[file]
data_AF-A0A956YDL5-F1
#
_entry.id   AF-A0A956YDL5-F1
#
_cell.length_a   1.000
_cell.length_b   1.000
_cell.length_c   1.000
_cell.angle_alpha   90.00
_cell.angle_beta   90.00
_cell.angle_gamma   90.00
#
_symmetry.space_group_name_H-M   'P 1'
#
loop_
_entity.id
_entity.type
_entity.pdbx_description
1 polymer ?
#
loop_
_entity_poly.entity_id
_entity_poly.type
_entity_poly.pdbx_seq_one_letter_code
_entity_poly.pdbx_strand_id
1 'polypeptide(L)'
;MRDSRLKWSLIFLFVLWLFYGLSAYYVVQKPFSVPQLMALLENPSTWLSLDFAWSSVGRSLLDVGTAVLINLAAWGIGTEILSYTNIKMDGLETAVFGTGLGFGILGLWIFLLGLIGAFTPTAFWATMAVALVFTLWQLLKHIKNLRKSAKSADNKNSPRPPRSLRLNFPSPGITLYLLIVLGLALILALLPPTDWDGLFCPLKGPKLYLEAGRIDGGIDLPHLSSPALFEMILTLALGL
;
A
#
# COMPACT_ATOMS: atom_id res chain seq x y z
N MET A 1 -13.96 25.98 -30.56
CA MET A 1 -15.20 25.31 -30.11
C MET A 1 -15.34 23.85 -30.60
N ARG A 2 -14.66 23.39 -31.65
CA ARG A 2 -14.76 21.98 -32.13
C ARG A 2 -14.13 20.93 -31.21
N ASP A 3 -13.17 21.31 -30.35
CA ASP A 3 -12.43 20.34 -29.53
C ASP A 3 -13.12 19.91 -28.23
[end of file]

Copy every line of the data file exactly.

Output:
data_AF-A0A956YDL5-F1
#
_entry.id   AF-A0A956YDL5-F1
#
_cell.length_a   1.000
_cell.length_b   1.000
_cell.length_c   1.000
_cell.angle_alpha   90.00
_cell.angle_beta   90.00
_cell.angle_gamma   90.00
#
_symmetry.space_group_name_H-M   'P 1'
#
loop_
_entity.id
_entity.type
_entity.pdbx_description
1 polymer ?
#
loop_
_entity_poly.entity_id
_entity_poly.type
_entity_poly.pdbx_seq_one_letter_code
_entity_poly.pdbx_strand_id
1 'polypeptide(L)'
;MRDSRLKWSLIFLFVLWLFYGLSAYYVVQKPFSVPQLMALLENPSTWLSLDFAWSSVGRSLLDVGTAVLINLAAWGIGTEILSYTNIKMDGLETAVFGTGLGFGILGLWIFLLGLIGAFTPTAFWATMAVALVFTLWQLLKHIKNLRKSAKSADNKNSPRPPRSLRLNFPSPGITLYLLIVLGLALILALLPPTDWDGLFCPLKGPKLYLEAGRIDGGIDLPHLSSPALFEMILTLALGL
;
A
#
# COMPACT_ATOMS: atom_id res chain seq x y z
N MET A 1 -13.96 25.98 -30.56
CA MET A 1 -15.20 25.31 -30.11
C MET A 1 -15.34 23.85 -30.60
N ARG A 2 -14.66 23.39 -31.65
CA ARG A 2 -14.76 21.98 -32.13
C ARG A 2 -14.13 20.93 -31.21
N ASP A 3 -13.17 21.31 -30.35
CA ASP A 3 -12.43 20.34 -29.53
C ASP A 3 -13.12 19.91 -28.23